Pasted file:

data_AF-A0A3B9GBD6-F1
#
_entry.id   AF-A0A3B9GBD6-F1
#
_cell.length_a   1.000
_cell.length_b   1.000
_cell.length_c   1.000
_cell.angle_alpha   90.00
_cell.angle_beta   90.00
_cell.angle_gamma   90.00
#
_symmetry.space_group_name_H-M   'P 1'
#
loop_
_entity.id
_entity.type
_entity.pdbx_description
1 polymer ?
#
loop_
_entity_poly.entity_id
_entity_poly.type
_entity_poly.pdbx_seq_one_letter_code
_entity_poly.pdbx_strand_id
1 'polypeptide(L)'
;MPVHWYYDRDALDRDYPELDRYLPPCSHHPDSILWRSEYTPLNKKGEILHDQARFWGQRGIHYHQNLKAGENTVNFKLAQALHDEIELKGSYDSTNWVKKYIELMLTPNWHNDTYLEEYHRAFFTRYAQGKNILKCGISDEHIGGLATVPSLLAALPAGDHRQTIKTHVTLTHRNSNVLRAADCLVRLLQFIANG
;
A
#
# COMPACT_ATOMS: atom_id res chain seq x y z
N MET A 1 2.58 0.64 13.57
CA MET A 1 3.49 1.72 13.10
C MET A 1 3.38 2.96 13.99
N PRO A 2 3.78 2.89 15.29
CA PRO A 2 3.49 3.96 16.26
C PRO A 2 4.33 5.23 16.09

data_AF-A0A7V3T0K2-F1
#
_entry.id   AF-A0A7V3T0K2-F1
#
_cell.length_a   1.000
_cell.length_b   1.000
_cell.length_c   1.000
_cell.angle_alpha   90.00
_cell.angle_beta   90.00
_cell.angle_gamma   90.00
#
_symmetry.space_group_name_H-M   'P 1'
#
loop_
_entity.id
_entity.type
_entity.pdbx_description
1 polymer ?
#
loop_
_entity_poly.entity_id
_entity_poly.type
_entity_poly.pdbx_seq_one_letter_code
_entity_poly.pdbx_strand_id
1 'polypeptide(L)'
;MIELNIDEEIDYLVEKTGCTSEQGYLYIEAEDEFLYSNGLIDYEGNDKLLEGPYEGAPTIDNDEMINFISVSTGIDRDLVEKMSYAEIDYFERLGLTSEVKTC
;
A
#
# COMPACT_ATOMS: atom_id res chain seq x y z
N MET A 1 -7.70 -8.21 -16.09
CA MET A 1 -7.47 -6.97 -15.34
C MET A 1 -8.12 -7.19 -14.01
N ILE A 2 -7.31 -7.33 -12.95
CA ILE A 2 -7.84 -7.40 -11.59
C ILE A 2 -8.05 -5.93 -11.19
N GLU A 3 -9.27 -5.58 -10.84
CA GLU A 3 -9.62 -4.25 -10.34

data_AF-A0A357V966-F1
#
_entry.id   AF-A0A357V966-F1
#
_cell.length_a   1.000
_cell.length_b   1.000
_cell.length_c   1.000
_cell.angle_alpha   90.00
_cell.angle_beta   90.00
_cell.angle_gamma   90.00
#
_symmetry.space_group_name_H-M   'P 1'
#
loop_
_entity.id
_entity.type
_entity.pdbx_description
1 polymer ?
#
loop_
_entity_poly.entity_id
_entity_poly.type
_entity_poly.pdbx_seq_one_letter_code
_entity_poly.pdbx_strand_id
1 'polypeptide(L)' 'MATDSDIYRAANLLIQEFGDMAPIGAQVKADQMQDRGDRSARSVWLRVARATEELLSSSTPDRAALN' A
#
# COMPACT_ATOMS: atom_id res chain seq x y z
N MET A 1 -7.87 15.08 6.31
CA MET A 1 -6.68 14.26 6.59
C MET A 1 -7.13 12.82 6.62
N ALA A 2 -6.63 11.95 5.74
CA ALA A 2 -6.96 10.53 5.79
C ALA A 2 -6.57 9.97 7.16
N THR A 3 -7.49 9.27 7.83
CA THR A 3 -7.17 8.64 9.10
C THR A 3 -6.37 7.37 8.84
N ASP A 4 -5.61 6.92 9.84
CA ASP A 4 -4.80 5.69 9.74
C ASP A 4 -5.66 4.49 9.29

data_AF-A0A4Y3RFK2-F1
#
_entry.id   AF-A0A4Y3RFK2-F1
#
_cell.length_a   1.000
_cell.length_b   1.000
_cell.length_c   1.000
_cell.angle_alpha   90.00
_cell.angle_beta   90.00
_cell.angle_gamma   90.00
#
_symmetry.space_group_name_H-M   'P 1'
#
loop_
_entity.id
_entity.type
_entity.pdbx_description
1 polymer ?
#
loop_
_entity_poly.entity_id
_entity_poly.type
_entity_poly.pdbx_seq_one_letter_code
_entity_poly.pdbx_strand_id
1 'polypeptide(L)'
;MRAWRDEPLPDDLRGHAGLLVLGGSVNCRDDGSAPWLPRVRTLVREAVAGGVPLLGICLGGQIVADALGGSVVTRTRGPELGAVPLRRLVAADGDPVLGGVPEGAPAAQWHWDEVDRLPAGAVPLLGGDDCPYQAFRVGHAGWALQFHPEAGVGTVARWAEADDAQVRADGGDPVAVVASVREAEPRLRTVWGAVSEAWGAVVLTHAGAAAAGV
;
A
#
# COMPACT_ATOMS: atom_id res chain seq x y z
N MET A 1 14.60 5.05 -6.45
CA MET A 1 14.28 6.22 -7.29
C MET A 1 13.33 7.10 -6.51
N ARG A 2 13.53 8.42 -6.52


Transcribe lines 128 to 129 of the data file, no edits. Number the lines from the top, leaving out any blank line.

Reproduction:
_entity.id
_entity.type